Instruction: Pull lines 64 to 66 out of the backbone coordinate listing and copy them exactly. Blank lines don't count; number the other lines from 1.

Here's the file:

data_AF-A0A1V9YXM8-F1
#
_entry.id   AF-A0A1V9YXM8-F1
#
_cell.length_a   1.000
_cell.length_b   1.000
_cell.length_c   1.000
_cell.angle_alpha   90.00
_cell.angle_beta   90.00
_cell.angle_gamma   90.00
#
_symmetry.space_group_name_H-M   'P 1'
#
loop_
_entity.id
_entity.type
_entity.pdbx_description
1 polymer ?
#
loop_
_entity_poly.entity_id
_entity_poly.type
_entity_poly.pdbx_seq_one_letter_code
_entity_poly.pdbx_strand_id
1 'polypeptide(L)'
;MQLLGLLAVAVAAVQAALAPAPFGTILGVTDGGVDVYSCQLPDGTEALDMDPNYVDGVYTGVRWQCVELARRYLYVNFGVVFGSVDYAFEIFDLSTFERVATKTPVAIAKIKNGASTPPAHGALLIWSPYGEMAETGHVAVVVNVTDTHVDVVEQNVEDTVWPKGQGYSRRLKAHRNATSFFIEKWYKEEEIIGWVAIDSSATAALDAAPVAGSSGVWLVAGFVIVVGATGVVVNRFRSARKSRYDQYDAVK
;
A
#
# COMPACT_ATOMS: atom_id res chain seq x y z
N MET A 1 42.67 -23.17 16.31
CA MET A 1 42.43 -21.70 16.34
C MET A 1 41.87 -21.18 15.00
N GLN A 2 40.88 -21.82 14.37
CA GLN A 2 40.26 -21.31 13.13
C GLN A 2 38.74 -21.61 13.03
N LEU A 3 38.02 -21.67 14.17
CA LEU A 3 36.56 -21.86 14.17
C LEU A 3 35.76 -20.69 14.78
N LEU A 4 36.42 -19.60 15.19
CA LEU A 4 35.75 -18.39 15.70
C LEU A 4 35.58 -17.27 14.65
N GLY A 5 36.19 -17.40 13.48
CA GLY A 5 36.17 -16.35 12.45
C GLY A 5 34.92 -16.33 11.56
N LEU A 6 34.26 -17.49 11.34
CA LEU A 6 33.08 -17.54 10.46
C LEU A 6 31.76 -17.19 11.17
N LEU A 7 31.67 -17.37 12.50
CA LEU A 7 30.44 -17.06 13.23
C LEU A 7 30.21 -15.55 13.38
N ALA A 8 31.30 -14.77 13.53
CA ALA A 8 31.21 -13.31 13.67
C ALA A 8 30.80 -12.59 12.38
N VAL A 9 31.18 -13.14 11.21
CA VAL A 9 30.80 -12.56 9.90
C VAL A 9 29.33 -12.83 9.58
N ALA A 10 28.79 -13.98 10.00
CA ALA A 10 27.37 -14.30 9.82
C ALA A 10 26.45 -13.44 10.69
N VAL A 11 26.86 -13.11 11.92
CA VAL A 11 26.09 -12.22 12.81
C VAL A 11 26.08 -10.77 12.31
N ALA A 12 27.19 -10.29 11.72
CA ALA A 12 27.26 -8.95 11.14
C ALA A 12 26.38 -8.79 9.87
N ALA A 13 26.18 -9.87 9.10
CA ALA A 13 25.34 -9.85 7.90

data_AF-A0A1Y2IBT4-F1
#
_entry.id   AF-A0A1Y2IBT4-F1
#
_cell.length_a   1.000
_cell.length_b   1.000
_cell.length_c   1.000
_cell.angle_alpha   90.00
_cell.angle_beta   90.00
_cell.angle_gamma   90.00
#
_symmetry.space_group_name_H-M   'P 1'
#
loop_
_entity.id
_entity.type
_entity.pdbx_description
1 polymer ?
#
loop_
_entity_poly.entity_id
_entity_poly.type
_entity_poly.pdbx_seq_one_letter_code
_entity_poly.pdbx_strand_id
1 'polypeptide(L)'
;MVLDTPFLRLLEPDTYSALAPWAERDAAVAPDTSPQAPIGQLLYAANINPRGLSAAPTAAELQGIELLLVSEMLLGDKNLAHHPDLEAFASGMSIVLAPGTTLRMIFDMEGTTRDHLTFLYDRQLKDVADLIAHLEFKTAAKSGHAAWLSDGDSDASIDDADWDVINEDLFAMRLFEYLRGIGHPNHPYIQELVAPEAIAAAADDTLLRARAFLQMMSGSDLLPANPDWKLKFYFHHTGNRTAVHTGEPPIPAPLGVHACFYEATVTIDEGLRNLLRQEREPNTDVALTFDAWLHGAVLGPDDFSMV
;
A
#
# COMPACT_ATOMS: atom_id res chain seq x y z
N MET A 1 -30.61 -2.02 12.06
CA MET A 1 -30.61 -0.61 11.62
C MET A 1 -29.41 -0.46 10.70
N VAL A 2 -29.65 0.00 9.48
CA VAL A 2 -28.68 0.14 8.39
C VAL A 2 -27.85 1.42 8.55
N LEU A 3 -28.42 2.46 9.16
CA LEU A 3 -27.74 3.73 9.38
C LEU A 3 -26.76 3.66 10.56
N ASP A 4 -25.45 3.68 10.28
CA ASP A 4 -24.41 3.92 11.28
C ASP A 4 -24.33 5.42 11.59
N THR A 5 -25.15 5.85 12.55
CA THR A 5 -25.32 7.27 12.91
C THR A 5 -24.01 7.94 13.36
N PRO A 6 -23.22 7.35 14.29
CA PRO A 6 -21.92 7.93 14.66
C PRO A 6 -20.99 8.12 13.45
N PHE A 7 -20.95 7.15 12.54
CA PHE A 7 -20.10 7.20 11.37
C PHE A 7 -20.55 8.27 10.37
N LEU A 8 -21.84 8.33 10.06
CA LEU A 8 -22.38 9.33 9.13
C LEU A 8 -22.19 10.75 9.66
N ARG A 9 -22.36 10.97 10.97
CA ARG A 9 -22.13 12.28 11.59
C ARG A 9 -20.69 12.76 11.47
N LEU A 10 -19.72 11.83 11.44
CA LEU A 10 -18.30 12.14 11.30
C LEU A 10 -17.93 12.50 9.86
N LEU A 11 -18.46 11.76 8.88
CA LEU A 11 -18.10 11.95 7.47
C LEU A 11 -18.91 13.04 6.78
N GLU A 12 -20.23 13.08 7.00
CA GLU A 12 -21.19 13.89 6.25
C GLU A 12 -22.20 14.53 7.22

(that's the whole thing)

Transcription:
N ALA A 12 27.19 -10.29 11.72
CA ALA A 12 27.26 -8.95 11.14
C ALA A 12 26.38 -8.79 9.87